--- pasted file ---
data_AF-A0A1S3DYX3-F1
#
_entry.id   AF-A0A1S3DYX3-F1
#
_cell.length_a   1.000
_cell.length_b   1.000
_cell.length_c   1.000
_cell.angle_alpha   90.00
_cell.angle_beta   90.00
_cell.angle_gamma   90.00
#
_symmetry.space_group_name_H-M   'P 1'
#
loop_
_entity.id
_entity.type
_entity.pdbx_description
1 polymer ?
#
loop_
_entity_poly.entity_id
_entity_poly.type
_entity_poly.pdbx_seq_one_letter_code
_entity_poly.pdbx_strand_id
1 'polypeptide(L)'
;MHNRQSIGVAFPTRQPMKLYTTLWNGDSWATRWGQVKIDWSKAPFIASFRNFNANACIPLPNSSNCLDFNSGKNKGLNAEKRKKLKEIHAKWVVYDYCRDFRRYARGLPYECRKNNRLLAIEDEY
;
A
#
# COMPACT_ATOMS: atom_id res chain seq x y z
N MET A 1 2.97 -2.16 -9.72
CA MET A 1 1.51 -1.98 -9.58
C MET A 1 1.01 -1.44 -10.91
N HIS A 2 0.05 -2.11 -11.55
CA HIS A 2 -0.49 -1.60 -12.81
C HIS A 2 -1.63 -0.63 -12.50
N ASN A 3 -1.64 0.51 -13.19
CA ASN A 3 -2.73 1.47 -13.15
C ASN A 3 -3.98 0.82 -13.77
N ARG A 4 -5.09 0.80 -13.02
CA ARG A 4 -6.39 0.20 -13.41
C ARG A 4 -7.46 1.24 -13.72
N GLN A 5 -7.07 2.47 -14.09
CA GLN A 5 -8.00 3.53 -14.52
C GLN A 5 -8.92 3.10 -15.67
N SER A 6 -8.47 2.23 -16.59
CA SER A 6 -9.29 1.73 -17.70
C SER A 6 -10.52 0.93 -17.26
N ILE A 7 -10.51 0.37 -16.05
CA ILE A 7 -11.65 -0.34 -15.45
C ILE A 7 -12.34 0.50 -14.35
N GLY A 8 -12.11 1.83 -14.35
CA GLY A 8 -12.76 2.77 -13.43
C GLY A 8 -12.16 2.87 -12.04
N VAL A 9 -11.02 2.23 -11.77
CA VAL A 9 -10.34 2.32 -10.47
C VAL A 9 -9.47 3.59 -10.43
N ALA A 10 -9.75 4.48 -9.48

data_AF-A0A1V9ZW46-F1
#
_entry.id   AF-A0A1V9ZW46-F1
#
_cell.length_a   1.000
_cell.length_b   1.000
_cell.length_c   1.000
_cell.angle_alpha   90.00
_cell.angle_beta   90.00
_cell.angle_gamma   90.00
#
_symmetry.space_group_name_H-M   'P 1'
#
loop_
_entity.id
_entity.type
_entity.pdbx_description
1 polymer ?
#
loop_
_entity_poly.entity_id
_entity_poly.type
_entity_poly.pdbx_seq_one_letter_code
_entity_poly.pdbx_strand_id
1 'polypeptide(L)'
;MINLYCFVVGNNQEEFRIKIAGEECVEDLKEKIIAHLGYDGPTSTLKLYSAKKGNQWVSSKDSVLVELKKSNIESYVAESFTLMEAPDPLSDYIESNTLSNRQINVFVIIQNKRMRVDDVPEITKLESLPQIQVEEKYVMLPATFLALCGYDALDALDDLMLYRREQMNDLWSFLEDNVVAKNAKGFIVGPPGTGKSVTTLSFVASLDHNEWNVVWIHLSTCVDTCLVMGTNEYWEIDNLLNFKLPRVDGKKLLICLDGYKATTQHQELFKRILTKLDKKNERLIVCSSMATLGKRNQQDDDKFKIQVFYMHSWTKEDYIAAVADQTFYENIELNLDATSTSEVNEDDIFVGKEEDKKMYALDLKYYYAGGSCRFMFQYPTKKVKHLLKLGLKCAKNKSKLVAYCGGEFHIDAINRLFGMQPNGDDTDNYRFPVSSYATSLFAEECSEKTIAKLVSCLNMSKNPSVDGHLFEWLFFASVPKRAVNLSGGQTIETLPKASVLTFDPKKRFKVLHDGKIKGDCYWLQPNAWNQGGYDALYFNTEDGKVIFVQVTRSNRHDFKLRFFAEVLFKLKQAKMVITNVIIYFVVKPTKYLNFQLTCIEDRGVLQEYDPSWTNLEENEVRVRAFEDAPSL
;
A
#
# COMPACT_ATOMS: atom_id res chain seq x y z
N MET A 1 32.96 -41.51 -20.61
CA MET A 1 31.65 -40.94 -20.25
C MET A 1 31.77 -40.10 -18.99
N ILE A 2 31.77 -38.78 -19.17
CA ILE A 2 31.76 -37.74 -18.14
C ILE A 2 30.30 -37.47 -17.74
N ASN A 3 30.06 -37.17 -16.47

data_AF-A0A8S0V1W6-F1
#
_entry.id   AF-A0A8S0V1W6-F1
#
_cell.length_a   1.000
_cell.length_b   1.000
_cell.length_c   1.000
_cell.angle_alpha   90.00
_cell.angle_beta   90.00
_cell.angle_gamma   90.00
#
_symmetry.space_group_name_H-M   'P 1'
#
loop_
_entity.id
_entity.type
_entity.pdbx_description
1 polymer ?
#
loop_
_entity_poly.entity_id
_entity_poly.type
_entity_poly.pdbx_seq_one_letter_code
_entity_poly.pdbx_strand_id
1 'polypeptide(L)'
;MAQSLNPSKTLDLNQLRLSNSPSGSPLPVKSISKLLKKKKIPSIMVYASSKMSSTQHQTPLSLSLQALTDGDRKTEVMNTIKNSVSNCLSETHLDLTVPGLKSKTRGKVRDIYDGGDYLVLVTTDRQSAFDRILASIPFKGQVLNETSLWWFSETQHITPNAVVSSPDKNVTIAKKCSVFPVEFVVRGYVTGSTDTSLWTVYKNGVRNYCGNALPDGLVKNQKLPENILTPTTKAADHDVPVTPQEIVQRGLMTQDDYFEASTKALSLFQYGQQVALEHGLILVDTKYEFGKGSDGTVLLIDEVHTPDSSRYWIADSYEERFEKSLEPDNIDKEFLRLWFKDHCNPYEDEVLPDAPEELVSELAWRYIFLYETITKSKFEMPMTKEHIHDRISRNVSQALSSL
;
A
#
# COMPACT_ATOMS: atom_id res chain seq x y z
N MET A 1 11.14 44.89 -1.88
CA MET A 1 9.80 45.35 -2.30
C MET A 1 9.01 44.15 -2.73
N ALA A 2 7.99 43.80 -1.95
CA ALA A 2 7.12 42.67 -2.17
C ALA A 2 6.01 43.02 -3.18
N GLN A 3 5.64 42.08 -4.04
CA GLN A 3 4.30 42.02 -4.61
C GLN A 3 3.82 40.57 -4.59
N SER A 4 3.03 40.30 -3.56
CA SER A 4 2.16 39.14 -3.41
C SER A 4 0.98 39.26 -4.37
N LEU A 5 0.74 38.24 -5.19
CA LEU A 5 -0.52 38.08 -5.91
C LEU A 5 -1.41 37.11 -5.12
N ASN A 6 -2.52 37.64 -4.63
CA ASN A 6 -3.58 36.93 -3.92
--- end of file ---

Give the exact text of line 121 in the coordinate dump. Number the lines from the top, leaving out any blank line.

;MAQSLNPSKTLDLNQLRLSNSPSGSPLPVKSISKLLKKKKIPSIMVYASSKMSSTQHQTPLSLSLQALTDGDRKTEVMNTIKNSVSNCLSETHLDLTVPGLKSKTRGKVRDIYDGGDYLVLVTTDRQSAFDRILASIPFKGQVLNETSLWWFSETQHITPNAVVSSPDKNVTIAKKCSVFPVEFVVRGYVTGSTDTSLWTVYKNGVRNYCGNALPDGLVKNQKLPENILTPTTKAADHDVPVTPQEIVQRGLMTQDDYFEASTKALSLFQYGQQVALEHGLILVDTKYEFGKGSDGTVLLIDEVHTPDSSRYWIADSYEERFEKSLEPDNIDKEFLRLWFKDHCNPYEDEVLPDAPEELVSELAWRYIFLYETITKSKFEMPMTKEHIHDRISRNVSQALSSL